Moby Dick
Los Angeles Review by Willard Manus

Hast seen the great white whale?

Los Angeles Opera has mounted a memorable production of MOBY-DICK, with music by Jake Heggie, libretto by Gene Scheer, and direction by Leonard Foglia. Adapted (with some curious changes) from Herman Melville’s classic American novel, the opera features tenor Jay Hunter Morris as Captain Ahab, the vengeful, peg-legged skipper of the Pequod, a whaling boat out of Nantucket, Mass. Morris is magnificent as Ahab, commanding the stage at all times, both as actor and singer. He drives the action, not just verbally but physically, often pounding away on the deck of the Pequod with his stump in eight-eight time, a motif Heggie uses to good effect.

The other featured singers give strong performances as well: Morgan Smith as first-mate Starbuck; Musa Ngqungwana as harpooner Queequeg; Malcolm MacKenzie as second mate Stubb; and Matthew O’Neill as third mate Flask. As for cabin boy Pip and new crew member Greenhorn, questions must be asked. Why is Pip sung by a woman (soprano Jacqueline Echols) and why has such an important character as Ishmael been renamed (and refashioned) as Greenhorn (Joshua Guerrero)? One also wonders about the way the opera ends, on a sentimental note that Melville never intended, with Greenhorn, the lone survivor of the Pequod’s destruction, finding a father in Captain Gardiner (Nicholas Brownlee), skipper of the whaler which has come to the aid of the Pequod.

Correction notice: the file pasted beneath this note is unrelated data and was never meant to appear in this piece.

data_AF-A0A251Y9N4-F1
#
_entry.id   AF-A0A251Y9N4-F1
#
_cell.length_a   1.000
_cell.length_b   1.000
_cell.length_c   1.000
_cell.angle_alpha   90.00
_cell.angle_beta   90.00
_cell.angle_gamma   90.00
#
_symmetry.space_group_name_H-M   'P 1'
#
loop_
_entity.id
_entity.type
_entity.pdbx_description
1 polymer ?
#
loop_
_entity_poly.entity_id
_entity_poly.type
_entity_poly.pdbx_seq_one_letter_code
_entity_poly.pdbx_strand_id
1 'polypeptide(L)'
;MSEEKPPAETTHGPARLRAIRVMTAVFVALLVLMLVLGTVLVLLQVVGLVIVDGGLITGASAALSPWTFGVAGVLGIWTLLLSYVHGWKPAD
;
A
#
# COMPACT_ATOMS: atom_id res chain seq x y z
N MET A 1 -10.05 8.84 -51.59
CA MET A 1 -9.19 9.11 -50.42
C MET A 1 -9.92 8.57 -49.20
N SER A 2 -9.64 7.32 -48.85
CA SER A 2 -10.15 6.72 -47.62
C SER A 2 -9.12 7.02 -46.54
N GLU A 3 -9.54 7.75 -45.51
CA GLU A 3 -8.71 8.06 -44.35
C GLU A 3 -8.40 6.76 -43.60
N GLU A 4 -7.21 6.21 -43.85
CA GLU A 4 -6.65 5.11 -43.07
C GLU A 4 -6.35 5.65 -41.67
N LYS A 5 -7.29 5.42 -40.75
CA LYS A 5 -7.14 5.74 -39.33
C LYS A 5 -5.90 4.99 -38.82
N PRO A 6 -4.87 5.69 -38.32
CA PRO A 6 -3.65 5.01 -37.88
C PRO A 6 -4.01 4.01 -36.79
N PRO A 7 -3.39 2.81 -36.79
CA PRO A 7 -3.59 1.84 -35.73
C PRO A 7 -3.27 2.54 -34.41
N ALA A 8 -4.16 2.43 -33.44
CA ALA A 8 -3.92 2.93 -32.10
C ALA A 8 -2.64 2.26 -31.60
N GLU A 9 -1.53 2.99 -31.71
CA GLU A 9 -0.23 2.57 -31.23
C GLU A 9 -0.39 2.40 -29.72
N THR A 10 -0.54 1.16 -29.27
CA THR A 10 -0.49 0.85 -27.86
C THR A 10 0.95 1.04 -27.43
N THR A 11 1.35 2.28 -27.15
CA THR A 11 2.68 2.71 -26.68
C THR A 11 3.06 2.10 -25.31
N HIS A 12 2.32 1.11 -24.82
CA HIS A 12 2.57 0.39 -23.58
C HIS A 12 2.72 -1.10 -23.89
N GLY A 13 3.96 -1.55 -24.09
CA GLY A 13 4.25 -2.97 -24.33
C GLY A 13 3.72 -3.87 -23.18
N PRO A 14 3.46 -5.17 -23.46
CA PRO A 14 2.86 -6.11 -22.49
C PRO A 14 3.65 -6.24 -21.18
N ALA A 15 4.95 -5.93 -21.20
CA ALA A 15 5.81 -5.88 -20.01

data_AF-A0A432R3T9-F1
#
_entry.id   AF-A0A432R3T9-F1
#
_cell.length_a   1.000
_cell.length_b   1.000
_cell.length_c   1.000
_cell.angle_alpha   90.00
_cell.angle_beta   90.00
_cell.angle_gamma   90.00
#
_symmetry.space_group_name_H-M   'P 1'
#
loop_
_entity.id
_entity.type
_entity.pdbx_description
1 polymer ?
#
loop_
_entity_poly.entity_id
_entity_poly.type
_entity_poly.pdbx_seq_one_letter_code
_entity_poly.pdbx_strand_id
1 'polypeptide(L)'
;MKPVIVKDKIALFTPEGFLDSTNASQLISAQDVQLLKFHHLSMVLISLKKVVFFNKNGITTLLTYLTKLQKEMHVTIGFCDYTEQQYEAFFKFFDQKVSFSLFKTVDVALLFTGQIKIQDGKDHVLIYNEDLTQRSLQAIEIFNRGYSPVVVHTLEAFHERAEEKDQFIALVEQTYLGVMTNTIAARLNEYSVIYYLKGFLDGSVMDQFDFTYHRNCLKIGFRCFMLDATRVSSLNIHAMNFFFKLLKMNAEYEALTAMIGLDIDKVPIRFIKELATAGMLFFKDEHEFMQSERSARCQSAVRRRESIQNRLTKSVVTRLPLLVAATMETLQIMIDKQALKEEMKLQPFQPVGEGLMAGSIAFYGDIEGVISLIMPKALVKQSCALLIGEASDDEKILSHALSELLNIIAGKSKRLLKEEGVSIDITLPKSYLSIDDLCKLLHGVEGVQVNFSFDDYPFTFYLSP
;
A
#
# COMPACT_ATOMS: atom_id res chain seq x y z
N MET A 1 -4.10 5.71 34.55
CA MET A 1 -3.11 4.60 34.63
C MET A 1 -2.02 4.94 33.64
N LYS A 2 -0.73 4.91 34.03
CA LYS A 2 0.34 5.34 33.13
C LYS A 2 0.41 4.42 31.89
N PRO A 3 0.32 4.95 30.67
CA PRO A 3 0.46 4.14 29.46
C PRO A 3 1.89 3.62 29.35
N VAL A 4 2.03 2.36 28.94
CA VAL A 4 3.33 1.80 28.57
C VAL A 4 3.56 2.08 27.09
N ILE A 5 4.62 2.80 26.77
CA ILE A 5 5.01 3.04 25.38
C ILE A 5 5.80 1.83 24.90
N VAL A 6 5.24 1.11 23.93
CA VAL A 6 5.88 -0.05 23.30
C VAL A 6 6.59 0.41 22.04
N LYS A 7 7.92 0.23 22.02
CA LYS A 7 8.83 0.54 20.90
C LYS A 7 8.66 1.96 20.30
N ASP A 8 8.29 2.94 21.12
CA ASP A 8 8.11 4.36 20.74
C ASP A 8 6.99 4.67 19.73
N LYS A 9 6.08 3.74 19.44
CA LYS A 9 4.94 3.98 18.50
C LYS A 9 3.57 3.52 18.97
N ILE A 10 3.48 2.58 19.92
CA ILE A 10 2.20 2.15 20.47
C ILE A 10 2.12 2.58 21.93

But these are just minor reservations which do not detract from the over-all power and majesty of the opera. Heggie’s score, which is vigorously conducted by James Conlon, captures all the drama and excitement of Melville’s epic novel, its beauty and poignancy as well. And Elaine J. McCarthy’s projection designs are equally dazzling: the deck and masts of the Pequod, a storm at sea, the climactic battle with the ferocious white whale.

Hats off to L.A. Opera for taking on such an immense challenge as MOBY-DICK and triumphing with it.

(Dorothy Chandler Pavilion, 135 N. Grand Ave through November. Call 213-972-8801 or visit